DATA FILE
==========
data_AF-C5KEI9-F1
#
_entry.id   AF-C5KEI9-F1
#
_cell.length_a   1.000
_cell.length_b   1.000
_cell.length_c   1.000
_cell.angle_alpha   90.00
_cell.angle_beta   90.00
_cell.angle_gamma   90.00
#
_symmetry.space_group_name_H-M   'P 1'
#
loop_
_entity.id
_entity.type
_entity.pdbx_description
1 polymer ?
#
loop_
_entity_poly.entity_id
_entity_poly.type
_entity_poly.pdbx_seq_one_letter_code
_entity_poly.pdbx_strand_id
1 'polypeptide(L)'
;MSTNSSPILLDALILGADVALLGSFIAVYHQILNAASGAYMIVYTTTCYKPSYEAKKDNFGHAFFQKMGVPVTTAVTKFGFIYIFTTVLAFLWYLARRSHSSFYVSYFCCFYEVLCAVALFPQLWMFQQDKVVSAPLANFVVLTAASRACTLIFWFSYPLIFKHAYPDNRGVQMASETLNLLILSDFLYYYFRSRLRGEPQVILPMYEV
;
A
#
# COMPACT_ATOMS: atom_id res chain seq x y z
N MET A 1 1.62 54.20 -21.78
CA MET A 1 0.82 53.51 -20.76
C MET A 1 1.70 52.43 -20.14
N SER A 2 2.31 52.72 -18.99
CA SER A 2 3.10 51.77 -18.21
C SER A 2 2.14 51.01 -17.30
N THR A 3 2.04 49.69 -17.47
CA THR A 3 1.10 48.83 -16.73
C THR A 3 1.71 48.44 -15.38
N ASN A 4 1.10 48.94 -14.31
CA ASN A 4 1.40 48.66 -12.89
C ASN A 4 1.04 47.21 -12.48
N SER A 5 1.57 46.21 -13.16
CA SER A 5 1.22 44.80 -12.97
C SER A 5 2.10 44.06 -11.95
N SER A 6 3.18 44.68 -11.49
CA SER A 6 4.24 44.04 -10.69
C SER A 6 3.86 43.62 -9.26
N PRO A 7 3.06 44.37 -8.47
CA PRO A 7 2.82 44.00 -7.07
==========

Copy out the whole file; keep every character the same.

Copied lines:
data_AF-C5KEI9-F1
#
_entry.id   AF-C5KEI9-F1
#
_cell.length_a   1.000
_cell.length_b   1.000
_cell.length_c   1.000
_cell.angle_alpha   90.00
_cell.angle_beta   90.00
_cell.angle_gamma   90.00
#
_symmetry.space_group_name_H-M   'P 1'
#
loop_
_entity.id
_entity.type
_entity.pdbx_description
1 polymer ?
#
loop_
_entity_poly.entity_id
_entity_poly.type
_entity_poly.pdbx_seq_one_letter_code
_entity_poly.pdbx_strand_id
1 'polypeptide(L)'
;MSTNSSPILLDALILGADVALLGSFIAVYHQILNAASGAYMIVYTTTCYKPSYEAKKDNFGHAFFQKMGVPVTTAVTKFGFIYIFTTVLAFLWYLARRSHSSFYVSYFCCFYEVLCAVALFPQLWMFQQDKVVSAPLANFVVLTAASRACTLIFWFSYPLIFKHAYPDNRGVQMASETLNLLILSDFLYYYFRSRLRGEPQVILPMYEV
;
A
#
# COMPACT_ATOMS: atom_id res chain seq x y z
N MET A 1 1.62 54.20 -21.78
CA MET A 1 0.82 53.51 -20.76
C MET A 1 1.70 52.43 -20.14
N SER A 2 2.31 52.72 -18.99
CA SER A 2 3.10 51.77 -18.21
C SER A 2 2.14 51.01 -17.30
N THR A 3 2.04 49.69 -17.47
CA THR A 3 1.10 48.83 -16.73
C THR A 3 1.71 48.44 -15.38
N ASN A 4 1.10 48.94 -14.31
CA ASN A 4 1.40 48.66 -12.89
C ASN A 4 1.04 47.21 -12.48
N SER A 5 1.57 46.21 -13.16
CA SER A 5 1.22 44.80 -12.97
C SER A 5 2.10 44.06 -11.95
N SER A 6 3.18 44.68 -11.49
CA SER A 6 4.24 44.04 -10.69
C SER A 6 3.86 43.62 -9.26
N PRO A 7 3.06 44.37 -8.47
CA PRO A 7 2.82 44.00 -7.07